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THE CASE FOR COMMON STANDARDS: New Profiles from the Alliance for Excellent Education Examine Need for (and Potential of) Common Standards and Assessments

"Zip codes might be great for sorting mail, but they're no way to educate America's future workforce."

In spring 2009, the Common Core State Standards Initiative was launched with forty-eight states, the District of Columbia, and two territories coming together under the auspices of the National Governors Association and the Council of Chief State School Officers to develop a common core of state K-12 English language arts and mathematics standards. New state profiles from the Alliance for Excellent Education offer evidence for why all states need improved standards and assessments while also examining the potential benefits of educating all students to meet common college- and career-ready standards.

“Zip codes might be great for sorting mail, but they’re no way to educate America’s future workforce,” said Bob Wise, president of the Alliance for Excellent Education and former governor of West Virginia. “Under the current education system, there is wide variation between states and even school districts on what students are expected to know and do-a situation that is unfair to all students, and one that is especially harmful to low-income students, students of color, and students who move from state to state.”

The Alliance’s common standards state profiles contain a great deal of information on how much progress each state has made in moving toward college- and career-ready standards, including information on when a state last revised its math and English language arts standards and whether a state is one of the thirty-one to align its high school graduation standards with college and career expectations.

Also included is information on whether a state is one of the forty-eight states whose governor and chief state school officer signed a Memorandum of Agreement to develop common core state standards in English language arts and math in June 2009. The profiles also reveal whether a state has plans to adopt the common core state standards, and, if so, note what entity in each state has formal adoption authority for standards.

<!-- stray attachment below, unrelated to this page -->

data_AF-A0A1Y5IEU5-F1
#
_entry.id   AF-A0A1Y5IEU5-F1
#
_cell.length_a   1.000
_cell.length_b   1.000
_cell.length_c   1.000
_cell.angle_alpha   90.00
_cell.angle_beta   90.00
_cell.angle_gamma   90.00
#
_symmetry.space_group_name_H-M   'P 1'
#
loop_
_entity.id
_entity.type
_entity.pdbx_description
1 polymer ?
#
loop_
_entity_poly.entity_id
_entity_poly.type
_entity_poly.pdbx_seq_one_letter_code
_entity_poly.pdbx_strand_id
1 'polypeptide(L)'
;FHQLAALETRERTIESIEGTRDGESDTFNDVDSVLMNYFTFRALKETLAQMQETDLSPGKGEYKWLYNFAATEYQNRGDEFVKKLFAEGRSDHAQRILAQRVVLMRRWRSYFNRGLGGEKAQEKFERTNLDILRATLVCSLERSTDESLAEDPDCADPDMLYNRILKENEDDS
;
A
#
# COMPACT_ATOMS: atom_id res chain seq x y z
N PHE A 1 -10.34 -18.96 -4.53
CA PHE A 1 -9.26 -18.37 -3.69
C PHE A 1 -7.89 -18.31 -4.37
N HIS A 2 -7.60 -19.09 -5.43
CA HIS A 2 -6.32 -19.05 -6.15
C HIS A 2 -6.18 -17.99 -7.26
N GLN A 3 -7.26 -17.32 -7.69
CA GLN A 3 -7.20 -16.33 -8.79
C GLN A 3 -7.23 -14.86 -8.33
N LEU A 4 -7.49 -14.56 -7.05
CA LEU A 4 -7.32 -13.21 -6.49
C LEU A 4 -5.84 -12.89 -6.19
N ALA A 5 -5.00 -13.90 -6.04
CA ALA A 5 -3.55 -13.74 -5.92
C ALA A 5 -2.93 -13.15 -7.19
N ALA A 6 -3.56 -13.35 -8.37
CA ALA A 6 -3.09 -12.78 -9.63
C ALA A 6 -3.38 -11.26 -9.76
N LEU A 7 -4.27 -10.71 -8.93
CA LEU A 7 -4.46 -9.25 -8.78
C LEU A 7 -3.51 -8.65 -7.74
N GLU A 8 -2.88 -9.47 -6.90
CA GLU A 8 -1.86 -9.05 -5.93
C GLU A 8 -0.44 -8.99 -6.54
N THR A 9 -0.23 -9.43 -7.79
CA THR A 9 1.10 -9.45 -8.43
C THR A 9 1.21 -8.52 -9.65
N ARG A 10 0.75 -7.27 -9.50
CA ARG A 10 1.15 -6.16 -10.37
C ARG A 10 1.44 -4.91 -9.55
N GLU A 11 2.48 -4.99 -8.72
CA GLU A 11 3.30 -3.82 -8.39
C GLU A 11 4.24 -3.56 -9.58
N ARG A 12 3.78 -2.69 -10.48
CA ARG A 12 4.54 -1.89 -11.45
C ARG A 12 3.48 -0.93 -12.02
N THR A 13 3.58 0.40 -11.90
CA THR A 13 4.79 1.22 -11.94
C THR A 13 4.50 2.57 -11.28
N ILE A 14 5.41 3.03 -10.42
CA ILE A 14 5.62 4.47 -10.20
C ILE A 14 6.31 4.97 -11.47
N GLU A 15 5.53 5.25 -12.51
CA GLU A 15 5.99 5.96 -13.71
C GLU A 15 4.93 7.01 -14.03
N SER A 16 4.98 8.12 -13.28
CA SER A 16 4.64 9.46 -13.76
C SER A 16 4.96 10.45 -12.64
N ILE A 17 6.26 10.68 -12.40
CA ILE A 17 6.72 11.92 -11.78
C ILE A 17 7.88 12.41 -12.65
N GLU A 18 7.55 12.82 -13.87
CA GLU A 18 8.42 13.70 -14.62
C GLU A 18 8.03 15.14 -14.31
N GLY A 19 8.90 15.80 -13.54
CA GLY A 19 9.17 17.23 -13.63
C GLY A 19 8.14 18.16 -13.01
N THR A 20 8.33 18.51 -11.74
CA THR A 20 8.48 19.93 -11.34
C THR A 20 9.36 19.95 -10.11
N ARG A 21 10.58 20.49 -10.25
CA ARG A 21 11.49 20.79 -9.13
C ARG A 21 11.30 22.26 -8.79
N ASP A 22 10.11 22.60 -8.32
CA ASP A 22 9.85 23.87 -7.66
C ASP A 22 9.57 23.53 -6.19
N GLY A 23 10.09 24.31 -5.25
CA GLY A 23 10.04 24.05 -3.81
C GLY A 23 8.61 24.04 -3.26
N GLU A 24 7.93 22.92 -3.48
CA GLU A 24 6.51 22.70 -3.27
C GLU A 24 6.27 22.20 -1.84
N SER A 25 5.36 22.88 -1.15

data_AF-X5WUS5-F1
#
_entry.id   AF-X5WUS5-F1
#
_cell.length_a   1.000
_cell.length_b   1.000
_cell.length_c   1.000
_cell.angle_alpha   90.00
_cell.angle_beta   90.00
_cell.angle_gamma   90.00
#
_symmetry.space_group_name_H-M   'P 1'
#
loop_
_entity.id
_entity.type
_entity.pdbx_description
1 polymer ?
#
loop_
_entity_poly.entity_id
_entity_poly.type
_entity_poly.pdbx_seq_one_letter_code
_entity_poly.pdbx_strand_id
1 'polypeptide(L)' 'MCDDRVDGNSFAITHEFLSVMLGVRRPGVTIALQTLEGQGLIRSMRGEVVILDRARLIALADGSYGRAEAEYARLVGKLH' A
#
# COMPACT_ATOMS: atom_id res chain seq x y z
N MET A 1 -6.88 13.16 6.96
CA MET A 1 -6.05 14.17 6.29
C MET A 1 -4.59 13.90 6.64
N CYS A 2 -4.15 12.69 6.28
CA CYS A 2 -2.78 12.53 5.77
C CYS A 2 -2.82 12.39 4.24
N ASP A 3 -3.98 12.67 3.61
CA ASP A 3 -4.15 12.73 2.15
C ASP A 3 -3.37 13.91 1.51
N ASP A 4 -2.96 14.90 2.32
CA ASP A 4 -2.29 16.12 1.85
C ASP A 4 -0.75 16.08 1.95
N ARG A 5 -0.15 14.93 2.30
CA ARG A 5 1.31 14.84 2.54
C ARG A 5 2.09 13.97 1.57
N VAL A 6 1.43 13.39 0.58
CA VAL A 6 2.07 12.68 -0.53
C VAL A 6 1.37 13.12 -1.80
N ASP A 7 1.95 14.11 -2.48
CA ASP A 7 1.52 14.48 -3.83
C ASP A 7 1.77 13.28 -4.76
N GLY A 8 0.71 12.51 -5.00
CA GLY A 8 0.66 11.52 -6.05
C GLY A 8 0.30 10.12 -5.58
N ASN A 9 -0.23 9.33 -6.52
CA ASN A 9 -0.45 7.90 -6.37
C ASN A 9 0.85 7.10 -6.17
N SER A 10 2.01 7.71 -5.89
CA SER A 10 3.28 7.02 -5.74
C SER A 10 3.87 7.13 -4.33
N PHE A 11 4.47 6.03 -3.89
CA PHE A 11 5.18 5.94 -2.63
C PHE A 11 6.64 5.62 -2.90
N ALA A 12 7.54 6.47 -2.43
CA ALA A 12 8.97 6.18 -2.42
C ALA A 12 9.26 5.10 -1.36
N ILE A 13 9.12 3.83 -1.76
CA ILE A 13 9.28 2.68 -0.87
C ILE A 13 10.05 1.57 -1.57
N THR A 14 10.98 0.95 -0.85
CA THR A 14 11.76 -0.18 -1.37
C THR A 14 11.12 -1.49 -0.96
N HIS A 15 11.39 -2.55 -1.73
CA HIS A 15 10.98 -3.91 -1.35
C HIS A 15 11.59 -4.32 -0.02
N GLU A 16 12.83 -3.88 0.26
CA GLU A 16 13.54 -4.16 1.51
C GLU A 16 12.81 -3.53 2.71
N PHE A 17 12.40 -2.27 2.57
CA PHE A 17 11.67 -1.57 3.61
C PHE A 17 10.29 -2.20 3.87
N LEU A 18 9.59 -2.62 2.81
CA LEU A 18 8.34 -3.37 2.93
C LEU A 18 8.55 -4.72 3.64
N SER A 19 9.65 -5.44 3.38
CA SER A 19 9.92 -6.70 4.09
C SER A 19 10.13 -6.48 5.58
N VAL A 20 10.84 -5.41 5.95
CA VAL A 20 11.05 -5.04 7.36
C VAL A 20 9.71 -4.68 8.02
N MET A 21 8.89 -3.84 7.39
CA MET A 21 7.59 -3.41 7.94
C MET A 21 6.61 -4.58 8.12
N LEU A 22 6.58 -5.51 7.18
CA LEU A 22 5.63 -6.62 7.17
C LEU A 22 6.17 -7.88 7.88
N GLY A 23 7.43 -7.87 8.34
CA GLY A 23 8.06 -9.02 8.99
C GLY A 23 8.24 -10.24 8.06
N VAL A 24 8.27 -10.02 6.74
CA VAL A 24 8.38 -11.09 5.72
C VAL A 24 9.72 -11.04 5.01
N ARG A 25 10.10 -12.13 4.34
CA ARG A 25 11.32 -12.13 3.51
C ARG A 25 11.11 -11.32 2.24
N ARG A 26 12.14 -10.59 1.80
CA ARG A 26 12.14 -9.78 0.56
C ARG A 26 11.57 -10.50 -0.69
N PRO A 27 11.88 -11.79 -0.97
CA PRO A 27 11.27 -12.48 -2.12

In describing the need for common standards, the profiles analyze the gap between eighth-grade proficiency as measured by states’ tests and the National Assessment of Educational Progress (NAEP). Nationwide, the average gap between state- and NAEP-reported reading scores is 39 percentage points, although five states have gaps that are larger than 60 percentage points. The average gap in math is 30 percentage points, but four states have gaps that are larger than 50 percentage points.

The common standards state profiles include information on teachers’ attitudes on clearer academic standards, common standards across all states, and tougher academic standards based on a state-by-state survey released in 2010, as well as two- and four-year college graduation rates and unemployment rates by education levels.

The profiles also outline several ways states can benefit by adopting common standards and assessments. For example, states collectively spend $1.3 billion annually to develop, publish, administer, score, and report on tests. By working together to develop a common assessment, states can improve test quality and save money-a huge priority for states in today’s tight budget environments.

Common state standards would also ease the transition for students who move from state to state. According to the profile on Texas, about 93,300 school-aged children moved to Texas from another state in 2006 while more than 61,000 moved from Texas to another state. But the largest states are not the only ones affected; in North Carolina, more than 50,000 students moved into the state from another state in 2006 while nearly 40,000 moved out.

Common state standards and assessments that are aligned with college and career readiness will help to prepare students for success after high school; they will also help save states money that would normally be spent on college remediation. For example, if California’s high schools graduated all of their students ready for college, the state would save over $687.9 million a year in community college remediation costs and lost earnings; Illinois would save $210.2 million; and New York would save more than $192 million.

“With expectations that are the same no matter where students live, all students-from Sarasota to Seattle-can be confident that they will have the skills necessary to succeed after high school and compete with their international peers,” said Wise.

Common standards state profiles for every state are available here

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